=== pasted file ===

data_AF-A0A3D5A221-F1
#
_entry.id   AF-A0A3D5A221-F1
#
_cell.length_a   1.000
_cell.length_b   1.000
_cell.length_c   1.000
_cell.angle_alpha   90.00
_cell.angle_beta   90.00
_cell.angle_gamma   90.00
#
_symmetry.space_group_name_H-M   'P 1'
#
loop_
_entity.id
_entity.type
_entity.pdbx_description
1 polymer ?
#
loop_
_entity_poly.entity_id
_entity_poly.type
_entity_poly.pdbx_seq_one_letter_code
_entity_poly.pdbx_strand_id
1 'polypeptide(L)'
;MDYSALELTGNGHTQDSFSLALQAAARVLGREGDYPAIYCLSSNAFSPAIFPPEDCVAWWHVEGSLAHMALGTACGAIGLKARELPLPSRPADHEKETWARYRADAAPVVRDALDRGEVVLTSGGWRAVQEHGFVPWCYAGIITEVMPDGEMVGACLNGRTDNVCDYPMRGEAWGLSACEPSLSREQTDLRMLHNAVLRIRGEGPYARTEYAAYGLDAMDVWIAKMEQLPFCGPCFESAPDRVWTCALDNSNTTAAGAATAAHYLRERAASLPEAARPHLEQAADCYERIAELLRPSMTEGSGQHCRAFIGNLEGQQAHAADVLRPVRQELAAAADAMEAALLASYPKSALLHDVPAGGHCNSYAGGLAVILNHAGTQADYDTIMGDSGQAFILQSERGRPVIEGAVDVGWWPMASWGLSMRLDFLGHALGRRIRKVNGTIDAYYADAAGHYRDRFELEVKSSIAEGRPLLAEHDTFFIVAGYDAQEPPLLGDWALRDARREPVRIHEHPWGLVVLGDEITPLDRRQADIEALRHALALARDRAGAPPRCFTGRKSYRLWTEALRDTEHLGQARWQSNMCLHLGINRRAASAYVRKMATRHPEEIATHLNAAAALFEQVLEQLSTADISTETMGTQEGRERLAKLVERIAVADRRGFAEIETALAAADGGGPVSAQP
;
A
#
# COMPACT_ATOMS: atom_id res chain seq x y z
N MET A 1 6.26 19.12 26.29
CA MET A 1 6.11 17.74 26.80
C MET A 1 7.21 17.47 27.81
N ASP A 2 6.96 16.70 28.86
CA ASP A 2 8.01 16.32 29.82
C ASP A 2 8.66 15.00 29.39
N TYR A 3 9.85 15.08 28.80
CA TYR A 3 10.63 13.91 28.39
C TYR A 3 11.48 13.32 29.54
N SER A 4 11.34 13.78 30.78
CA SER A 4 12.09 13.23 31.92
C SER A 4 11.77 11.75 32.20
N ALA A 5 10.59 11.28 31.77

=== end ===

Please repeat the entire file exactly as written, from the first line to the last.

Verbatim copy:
data_AF-A0A3D5A221-F1
#
_entry.id   AF-A0A3D5A221-F1
#
_cell.length_a   1.000
_cell.length_b   1.000
_cell.length_c   1.000
_cell.angle_alpha   90.00
_cell.angle_beta   90.00
_cell.angle_gamma   90.00
#
_symmetry.space_group_name_H-M   'P 1'
#
loop_
_entity.id
_entity.type
_entity.pdbx_description
1 polymer ?
#
loop_
_entity_poly.entity_id
_entity_poly.type
_entity_poly.pdbx_seq_one_letter_code
_entity_poly.pdbx_strand_id
1 'polypeptide(L)'
;MDYSALELTGNGHTQDSFSLALQAAARVLGREGDYPAIYCLSSNAFSPAIFPPEDCVAWWHVEGSLAHMALGTACGAIGLKARELPLPSRPADHEKETWARYRADAAPVVRDALDRGEVVLTSGGWRAVQEHGFVPWCYAGIITEVMPDGEMVGACLNGRTDNVCDYPMRGEAWGLSACEPSLSREQTDLRMLHNAVLRIRGEGPYARTEYAAYGLDAMDVWIAKMEQLPFCGPCFESAPDRVWTCALDNSNTTAAGAATAAHYLRERAASLPEAARPHLEQAADCYERIAELLRPSMTEGSGQHCRAFIGNLEGQQAHAADVLRPVRQELAAAADAMEAALLASYPKSALLHDVPAGGHCNSYAGGLAVILNHAGTQADYDTIMGDSGQAFILQSERGRPVIEGAVDVGWWPMASWGLSMRLDFLGHALGRRIRKVNGTIDAYYADAAGHYRDRFELEVKSSIAEGRPLLAEHDTFFIVAGYDAQEPPLLGDWALRDARREPVRIHEHPWGLVVLGDEITPLDRRQADIEALRHALALARDRAGAPPRCFTGRKSYRLWTEALRDTEHLGQARWQSNMCLHLGINRRAASAYVRKMATRHPEEIATHLNAAAALFEQVLEQLSTADISTETMGTQEGRERLAKLVERIAVADRRGFAEIETALAAADGGGPVSAQP
;
A
#
# COMPACT_ATOMS: atom_id res chain seq x y z
N MET A 1 6.26 19.12 26.29
CA MET A 1 6.11 17.74 26.80
C MET A 1 7.21 17.47 27.81
N ASP A 2 6.96 16.70 28.86
CA ASP A 2 8.01 16.32 29.82
C ASP A 2 8.66 15.00 29.39
N TYR A 3 9.85 15.08 28.80
CA TYR A 3 10.63 13.91 28.39
C TYR A 3 11.48 13.32 29.54
N SER A 4 11.34 13.78 30.78
CA SER A 4 12.09 13.23 31.92
C SER A 4 11.77 11.75 32.20
N ALA A 5 10.59 11.28 31.77